Who would have thought that in the center of a very busy business district lies a very quiet and peaceful place that sheds knowledge rooted from the early years of our civilization. Indeed, The Filipinas Heritage Library is one of the biggest centers for research and education in the country. As such it is an integral resource base that supports the educational needs of Filipinos, strategically located at the heart of Makati where public access is guaranteed.
Old books are rare in most of the libraries here in the country. Only limited of their kind, like Filipinas Heritage Library, offer this rare storage of knowledge, and when it comes to maps, it is also a challenge for cartographers to find relics of old maps of the country. Luckily we have Filipinas Heritage which still keeps this remnant of Spanish-made maps of the Philippines.
Our class visited the Library last January 14 to document select maps from its collection. The experience was great, aside from the fact that it was our first time in the library, and that it was also our first time as geography majors and student of cartography to encounter old maps and examine their designs and layout. If architect students have Ilocos for observing design principles as applied in structures, we might consider Filipinas library as a place for people with interest in the composition of old maps for research and study purposes.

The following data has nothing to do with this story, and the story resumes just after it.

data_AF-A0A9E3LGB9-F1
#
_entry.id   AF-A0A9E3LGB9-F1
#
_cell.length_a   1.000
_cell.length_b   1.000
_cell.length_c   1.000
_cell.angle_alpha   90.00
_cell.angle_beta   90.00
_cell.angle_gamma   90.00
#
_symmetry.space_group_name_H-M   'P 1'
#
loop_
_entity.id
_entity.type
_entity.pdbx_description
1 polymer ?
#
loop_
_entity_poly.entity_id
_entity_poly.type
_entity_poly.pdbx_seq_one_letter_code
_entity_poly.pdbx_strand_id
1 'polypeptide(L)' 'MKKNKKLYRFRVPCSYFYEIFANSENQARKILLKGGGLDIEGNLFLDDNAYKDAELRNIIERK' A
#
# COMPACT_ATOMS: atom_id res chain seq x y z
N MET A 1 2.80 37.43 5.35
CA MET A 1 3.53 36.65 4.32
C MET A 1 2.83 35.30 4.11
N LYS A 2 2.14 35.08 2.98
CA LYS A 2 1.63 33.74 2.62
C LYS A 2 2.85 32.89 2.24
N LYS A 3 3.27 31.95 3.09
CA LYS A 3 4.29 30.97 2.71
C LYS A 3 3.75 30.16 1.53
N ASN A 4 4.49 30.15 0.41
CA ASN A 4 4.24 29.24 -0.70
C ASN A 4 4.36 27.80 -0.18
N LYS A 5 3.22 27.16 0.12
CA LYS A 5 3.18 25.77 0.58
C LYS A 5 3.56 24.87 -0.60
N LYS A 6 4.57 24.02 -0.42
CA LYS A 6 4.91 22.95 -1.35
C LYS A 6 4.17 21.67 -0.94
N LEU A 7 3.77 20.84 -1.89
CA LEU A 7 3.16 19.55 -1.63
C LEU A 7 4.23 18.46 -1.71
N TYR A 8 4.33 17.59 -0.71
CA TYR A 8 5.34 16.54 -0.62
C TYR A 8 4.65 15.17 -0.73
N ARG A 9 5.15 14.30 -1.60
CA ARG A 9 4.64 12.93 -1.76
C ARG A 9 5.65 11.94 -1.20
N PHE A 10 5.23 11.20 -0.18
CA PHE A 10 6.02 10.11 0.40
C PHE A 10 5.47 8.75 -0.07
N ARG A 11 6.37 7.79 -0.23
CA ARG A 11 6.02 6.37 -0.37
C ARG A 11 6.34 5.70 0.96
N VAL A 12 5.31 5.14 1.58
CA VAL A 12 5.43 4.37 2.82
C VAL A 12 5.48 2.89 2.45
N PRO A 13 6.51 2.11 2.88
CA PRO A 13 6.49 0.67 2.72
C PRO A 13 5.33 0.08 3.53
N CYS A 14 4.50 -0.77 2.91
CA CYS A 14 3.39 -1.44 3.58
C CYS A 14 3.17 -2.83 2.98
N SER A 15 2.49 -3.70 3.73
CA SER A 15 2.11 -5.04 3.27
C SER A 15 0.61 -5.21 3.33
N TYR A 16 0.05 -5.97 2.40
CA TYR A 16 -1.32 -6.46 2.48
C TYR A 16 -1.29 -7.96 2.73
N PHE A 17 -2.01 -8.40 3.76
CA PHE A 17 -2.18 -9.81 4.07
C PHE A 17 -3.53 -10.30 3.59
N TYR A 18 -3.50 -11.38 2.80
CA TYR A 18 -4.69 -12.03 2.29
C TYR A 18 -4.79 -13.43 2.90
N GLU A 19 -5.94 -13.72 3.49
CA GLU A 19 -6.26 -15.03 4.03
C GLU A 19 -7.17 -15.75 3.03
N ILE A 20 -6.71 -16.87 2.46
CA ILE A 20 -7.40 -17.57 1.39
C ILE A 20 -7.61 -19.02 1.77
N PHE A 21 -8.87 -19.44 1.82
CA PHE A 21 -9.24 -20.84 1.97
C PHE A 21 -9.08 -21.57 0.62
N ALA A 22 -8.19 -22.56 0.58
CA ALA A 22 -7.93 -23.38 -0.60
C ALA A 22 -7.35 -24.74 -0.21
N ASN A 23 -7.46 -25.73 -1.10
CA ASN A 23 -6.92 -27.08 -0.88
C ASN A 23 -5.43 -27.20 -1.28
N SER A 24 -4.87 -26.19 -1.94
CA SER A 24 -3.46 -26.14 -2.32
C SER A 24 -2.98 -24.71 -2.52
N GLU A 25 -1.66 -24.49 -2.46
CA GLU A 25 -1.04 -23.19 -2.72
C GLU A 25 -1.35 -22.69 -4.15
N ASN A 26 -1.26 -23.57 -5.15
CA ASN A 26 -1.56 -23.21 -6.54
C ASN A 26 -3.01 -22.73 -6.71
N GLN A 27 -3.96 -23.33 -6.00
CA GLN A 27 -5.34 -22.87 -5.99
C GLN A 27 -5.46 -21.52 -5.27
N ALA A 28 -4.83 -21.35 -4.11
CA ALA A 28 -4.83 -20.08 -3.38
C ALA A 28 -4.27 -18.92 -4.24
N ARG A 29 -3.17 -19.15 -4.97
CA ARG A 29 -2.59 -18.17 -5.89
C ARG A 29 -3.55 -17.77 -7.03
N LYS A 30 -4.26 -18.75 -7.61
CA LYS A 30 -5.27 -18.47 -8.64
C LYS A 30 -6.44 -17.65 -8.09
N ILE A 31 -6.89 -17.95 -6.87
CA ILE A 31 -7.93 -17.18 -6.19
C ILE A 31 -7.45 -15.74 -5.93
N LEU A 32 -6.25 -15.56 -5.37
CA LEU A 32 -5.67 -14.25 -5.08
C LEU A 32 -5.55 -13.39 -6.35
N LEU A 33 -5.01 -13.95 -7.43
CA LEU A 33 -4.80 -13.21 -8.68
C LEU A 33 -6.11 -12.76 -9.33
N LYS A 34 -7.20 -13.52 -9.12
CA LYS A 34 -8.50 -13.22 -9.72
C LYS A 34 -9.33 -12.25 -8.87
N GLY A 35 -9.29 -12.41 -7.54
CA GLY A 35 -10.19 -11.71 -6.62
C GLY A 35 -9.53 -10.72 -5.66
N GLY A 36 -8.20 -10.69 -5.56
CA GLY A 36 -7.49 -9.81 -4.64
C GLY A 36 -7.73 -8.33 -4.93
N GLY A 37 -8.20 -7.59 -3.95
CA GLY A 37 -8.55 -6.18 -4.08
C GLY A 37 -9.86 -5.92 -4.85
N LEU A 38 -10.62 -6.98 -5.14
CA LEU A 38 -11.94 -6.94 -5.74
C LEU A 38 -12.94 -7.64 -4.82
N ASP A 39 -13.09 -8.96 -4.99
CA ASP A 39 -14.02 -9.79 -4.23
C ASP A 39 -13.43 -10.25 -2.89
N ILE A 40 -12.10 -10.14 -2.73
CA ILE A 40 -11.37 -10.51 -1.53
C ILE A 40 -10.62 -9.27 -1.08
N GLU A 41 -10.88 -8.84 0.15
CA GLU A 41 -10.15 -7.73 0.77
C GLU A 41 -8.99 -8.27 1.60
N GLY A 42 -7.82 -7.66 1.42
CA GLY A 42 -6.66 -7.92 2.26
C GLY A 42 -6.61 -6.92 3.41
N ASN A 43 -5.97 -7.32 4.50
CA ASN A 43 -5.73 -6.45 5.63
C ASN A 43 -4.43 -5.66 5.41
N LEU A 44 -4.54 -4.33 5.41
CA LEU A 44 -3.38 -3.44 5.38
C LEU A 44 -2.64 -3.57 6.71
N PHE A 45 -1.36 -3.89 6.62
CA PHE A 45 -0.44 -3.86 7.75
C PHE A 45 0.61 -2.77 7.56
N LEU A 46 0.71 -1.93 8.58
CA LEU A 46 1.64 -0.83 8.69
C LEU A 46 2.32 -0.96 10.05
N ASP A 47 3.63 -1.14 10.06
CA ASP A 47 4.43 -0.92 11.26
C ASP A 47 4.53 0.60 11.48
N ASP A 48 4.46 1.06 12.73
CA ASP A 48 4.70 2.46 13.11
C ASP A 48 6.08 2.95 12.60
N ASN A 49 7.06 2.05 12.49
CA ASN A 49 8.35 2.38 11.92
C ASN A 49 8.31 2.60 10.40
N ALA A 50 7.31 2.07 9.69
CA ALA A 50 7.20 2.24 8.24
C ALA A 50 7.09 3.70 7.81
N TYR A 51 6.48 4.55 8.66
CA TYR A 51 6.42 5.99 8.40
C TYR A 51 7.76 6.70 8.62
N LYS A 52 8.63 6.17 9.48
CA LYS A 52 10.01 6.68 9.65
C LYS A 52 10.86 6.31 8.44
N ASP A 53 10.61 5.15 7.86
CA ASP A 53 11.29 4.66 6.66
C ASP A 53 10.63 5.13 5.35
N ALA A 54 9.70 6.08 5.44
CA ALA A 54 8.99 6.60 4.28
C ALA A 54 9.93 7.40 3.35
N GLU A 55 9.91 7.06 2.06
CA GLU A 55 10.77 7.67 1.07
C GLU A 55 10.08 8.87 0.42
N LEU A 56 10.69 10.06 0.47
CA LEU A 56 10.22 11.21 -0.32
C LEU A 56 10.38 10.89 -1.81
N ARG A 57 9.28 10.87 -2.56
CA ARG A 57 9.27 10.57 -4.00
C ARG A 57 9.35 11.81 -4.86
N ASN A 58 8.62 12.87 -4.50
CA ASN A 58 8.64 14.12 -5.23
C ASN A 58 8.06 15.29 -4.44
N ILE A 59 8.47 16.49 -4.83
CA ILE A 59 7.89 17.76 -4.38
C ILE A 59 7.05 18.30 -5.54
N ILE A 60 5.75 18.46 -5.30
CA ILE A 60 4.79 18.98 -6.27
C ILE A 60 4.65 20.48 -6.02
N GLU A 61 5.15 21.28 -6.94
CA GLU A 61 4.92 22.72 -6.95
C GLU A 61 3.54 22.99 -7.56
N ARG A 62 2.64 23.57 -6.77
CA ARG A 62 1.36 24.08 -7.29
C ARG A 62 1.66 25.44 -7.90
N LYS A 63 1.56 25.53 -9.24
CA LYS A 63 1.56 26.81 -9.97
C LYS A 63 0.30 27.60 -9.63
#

Aside from the wonderful experience, the environment also gave us warm accommodation, welcoming us and making us comfortable in doing our tasks. The place is cozy enough for us to relax and at the same time think carefully and critically about the old maps we chose.
Though of course, items for the collection are limited, still hopes for us are high that the library, in years from now, will expand its collection and will soon accommodate not only old maps, but relevant and useful maps created by Filipinos.
New place and new motivational experiences, and hope for better things like Filipinas Heritage Library. May this one of a kind experience with the root of knowledge linger and eventually bear a good fruit for us, future cartographers of the country.